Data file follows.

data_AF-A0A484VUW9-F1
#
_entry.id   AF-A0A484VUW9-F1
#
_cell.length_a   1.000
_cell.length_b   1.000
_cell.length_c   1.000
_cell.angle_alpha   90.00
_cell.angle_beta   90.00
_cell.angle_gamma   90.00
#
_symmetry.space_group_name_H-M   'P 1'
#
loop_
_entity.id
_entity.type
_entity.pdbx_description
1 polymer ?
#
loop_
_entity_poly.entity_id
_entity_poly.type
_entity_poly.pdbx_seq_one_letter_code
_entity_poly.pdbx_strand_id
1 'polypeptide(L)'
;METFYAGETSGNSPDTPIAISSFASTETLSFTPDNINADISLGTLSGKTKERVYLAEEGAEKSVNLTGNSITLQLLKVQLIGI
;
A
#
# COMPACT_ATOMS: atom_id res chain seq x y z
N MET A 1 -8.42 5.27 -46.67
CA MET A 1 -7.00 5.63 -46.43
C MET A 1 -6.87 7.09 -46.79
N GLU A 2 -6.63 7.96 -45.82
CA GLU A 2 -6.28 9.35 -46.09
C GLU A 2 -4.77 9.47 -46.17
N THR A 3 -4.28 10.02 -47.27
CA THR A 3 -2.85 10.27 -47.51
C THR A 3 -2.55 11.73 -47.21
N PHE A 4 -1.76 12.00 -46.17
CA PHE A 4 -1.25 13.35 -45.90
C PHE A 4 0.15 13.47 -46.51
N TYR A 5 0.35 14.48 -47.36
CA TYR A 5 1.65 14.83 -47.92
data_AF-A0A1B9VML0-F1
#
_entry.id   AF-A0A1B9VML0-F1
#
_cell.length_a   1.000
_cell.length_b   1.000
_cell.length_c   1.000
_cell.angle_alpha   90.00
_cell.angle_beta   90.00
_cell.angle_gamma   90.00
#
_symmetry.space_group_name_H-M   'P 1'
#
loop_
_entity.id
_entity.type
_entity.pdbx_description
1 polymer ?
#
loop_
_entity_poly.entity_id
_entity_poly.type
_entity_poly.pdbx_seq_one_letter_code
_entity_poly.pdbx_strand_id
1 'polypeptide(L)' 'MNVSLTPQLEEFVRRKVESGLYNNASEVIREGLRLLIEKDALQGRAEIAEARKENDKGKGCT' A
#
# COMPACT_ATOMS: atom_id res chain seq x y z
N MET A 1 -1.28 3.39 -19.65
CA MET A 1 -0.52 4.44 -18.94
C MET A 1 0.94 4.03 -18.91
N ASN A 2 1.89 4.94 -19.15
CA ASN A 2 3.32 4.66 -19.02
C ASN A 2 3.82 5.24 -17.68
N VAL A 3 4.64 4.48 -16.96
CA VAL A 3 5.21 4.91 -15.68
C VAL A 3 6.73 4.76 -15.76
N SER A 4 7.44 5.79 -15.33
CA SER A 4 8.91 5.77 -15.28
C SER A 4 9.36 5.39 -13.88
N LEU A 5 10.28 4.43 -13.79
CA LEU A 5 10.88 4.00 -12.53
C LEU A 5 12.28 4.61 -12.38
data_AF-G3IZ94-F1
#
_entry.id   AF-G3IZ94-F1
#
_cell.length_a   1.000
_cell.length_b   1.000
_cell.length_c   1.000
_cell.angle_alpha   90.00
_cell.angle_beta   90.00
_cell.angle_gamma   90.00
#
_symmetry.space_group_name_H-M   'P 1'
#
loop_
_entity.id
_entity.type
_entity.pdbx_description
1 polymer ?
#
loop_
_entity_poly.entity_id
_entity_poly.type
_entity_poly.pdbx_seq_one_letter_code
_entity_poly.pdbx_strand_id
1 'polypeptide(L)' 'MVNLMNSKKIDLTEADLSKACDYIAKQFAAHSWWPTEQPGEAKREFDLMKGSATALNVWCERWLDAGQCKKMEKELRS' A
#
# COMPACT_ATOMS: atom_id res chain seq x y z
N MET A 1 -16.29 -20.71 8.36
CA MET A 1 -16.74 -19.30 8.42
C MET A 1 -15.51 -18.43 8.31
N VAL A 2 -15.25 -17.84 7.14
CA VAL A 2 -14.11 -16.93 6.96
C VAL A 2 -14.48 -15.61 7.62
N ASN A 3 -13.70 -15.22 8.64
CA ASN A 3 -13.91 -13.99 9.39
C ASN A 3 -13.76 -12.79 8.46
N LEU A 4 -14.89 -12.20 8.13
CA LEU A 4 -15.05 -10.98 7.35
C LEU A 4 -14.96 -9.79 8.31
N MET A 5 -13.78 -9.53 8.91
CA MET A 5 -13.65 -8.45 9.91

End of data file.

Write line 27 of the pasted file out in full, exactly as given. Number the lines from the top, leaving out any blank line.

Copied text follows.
;